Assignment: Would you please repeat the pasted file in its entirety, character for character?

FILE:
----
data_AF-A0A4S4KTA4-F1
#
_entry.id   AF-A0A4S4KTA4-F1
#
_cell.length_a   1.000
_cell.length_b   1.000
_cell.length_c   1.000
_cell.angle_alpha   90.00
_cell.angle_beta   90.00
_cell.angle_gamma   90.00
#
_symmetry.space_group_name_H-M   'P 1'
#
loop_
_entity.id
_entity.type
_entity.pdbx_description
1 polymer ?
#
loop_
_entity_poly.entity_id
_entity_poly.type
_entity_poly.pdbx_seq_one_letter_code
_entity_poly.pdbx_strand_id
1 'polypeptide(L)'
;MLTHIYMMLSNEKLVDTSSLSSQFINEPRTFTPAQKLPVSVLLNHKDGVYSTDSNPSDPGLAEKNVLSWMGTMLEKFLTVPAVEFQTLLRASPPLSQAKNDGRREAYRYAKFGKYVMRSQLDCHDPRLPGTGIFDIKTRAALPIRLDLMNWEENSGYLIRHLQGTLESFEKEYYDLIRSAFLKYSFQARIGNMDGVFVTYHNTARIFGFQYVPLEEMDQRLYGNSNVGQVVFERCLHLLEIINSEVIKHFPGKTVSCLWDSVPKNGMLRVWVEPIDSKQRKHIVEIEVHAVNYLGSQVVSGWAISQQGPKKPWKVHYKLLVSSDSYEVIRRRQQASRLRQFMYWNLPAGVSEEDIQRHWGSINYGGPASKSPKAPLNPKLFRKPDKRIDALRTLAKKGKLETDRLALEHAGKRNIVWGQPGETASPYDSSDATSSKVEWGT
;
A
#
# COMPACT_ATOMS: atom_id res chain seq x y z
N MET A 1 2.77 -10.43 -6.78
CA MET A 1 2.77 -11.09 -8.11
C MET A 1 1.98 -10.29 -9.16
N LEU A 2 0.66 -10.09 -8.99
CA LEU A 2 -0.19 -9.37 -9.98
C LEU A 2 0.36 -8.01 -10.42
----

data_AF-A0A4S4KTA4-F1
#
_entry.id   AF-A0A4S4KTA4-F1
#
_cell.length_a   1.000
_cell.length_b   1.000
_cell.length_c   1.000
_cell.angle_alpha   90.00
_cell.angle_beta   90.00
_cell.angle_gamma   90.00
#
_symmetry.space_group_name_H-M   'P 1'
#
loop_
_entity.id
_entity.type
_entity.pdbx_description
1 polymer ?
#
loop_
_entity_poly.entity_id
_entity_poly.type
_entity_poly.pdbx_seq_one_letter_code
_entity_poly.pdbx_strand_id
1 'polypeptide(L)'
;MLTHIYMMLSNEKLVDTSSLSSQFINEPRTFTPAQKLPVSVLLNHKDGVYSTDSNPSDPGLAEKNVLSWMGTMLEKFLTVPAVEFQTLLRASPPLSQAKNDGRREAYRYAKFGKYVMRSQLDCHDPRLPGTGIFDIKTRAALPIRLDLMNWEENSGYLIRHLQGTLESFEKEYYDLIRSAFLKYSFQARIGNMDGVFVTYHNTARIFGFQYVPLEEMDQRLYGNSNVGQVVFERCLHLLEIINSEVIKHFPGKTVSCLWDSVPKNGMLRVWVEPIDSKQRKHIVEIEVHAVNYLGSQVVSGWAISQQGPKKPWKVHYKLLVSSDSYEVIRRRQQASRLRQFMYWNLPAGVSEEDIQRHWGSINYGGPASKSPKAPLNPKLFRKPDKRIDALRTLAKKGKLETDRLALEHAGKRNIVWGQPGETASPYDSSDATSSKVEWGT
;
A
#
# COMPACT_ATOMS: atom_id res chain seq x y z
N MET A 1 2.77 -10.43 -6.78
CA MET A 1 2.77 -11.09 -8.11
C MET A 1 1.98 -10.29 -9.16
N LEU A 2 0.66 -10.09 -8.99
CA LEU A 2 -0.19 -9.37 -9.98
C LEU A 2 0.36 -8.01 -10.42